I could paint of picture of Cuenca and entitle it, “A Study of Black and Blues.”
Having just left the South where blondes are as ubiquitous as kudzu and Baptist churches, I’m still getting used to seeing dark, flowing locks wherever I look. Most of the younger women wear it shoulder-length or longer, and straight. Teenage boys have it coiffed, with a generous sweep on top. Men belonging to one of Ecuador’s many indigenous tribes can wear a single long braid down their back. David says he’s considering growing his hair out. But I tell him a long gray hair, much less a braid, definitely lacks the sex appeal of a thick mane of shiny black. I encourage him to keep his gray style short.
The skies give us a peak at their true Robin’s blue egg-color at least once a day. Cloud coverage may come and go, but Cuencanos can pretty much count on brilliant skies at some point every 24-hours. It’s like heaven breaks into one giant grin. I can’t help but smile.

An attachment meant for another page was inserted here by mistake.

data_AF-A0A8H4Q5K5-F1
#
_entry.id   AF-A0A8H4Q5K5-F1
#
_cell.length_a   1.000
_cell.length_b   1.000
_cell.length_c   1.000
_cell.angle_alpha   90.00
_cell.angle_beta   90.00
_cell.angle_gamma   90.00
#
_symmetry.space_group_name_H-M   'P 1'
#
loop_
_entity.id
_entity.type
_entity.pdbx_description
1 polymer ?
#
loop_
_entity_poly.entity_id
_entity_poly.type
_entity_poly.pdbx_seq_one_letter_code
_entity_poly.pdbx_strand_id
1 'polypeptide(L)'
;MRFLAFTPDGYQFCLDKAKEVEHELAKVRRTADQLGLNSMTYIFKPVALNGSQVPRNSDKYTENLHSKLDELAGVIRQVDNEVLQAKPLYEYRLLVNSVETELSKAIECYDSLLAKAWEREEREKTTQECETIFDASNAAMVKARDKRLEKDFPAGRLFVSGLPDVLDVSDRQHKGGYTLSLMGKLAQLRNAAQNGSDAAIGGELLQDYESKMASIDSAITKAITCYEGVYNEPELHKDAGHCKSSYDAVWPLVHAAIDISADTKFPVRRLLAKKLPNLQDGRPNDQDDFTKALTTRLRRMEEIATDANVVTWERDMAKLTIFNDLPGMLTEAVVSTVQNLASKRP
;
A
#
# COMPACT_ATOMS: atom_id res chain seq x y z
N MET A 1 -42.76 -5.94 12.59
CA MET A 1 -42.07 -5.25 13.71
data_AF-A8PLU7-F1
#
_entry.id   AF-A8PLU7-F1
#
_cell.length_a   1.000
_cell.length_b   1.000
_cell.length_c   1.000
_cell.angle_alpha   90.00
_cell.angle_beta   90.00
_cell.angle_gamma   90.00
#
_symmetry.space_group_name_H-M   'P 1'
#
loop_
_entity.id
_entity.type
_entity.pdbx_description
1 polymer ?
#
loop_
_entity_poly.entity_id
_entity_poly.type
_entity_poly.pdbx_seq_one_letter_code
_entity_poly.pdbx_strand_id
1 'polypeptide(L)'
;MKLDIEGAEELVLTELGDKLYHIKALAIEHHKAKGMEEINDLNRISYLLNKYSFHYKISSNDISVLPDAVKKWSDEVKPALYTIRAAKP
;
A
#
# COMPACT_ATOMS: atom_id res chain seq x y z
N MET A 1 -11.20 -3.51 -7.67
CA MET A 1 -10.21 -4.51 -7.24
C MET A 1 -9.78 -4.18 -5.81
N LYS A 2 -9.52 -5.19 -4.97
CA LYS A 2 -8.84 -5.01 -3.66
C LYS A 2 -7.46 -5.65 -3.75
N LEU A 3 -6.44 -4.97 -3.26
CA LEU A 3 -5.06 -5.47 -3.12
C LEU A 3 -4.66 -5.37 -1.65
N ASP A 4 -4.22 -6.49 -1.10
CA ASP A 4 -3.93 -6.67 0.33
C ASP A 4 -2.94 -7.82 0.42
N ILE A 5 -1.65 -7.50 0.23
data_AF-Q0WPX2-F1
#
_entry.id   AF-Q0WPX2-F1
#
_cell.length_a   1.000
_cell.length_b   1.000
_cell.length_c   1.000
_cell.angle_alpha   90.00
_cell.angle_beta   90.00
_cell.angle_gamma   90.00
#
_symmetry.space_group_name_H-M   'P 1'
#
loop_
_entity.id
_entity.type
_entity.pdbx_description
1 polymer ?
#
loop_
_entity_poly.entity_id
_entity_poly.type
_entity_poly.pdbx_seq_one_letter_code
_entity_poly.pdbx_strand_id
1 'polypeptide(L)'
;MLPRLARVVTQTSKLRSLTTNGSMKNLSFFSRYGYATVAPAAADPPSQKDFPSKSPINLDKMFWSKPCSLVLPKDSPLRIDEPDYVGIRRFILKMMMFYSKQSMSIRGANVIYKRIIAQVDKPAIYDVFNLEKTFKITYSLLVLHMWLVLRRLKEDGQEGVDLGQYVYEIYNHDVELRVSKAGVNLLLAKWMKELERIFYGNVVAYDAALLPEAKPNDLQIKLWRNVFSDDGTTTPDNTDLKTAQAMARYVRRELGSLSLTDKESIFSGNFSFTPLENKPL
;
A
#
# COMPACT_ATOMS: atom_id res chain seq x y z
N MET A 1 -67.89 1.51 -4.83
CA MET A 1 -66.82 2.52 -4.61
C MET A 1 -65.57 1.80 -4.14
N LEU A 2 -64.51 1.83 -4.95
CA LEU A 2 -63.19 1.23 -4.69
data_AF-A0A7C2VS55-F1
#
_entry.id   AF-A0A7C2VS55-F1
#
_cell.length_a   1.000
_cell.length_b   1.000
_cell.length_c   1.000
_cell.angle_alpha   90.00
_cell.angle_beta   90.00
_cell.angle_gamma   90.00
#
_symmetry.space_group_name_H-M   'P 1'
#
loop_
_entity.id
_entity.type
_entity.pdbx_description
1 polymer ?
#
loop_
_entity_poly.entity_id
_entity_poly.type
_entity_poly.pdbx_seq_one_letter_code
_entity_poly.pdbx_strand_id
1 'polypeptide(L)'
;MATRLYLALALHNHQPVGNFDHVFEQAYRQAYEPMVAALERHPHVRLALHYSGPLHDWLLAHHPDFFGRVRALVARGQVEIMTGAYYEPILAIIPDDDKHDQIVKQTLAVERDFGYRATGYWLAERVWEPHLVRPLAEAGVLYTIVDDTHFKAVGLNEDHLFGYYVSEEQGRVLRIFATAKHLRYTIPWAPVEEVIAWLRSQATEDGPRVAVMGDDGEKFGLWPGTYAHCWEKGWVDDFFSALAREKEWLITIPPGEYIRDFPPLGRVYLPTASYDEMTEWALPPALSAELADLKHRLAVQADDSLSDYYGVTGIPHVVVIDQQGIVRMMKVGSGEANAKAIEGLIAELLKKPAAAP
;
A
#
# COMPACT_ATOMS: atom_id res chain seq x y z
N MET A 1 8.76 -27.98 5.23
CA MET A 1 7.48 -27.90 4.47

And then there is the fleet of 450+ blue diesel buses that transport the majority of the population from place to place. Aside from the pervasive fumes and considerable noise pollution, Cuenca has every right to be proud of its city-wide transportation system. Seniors ride for 12 cents, all others pay a quarter. Though you’ve never sure if the drivers will stick exactly to schedule or the route, you can count on getting where you’re going in safety and relative comfort.
From the red tile roofs to bold, bright weavings, verdant trees and abundant flowers, the city bursts with color. The black and blues create a beautiful contrast.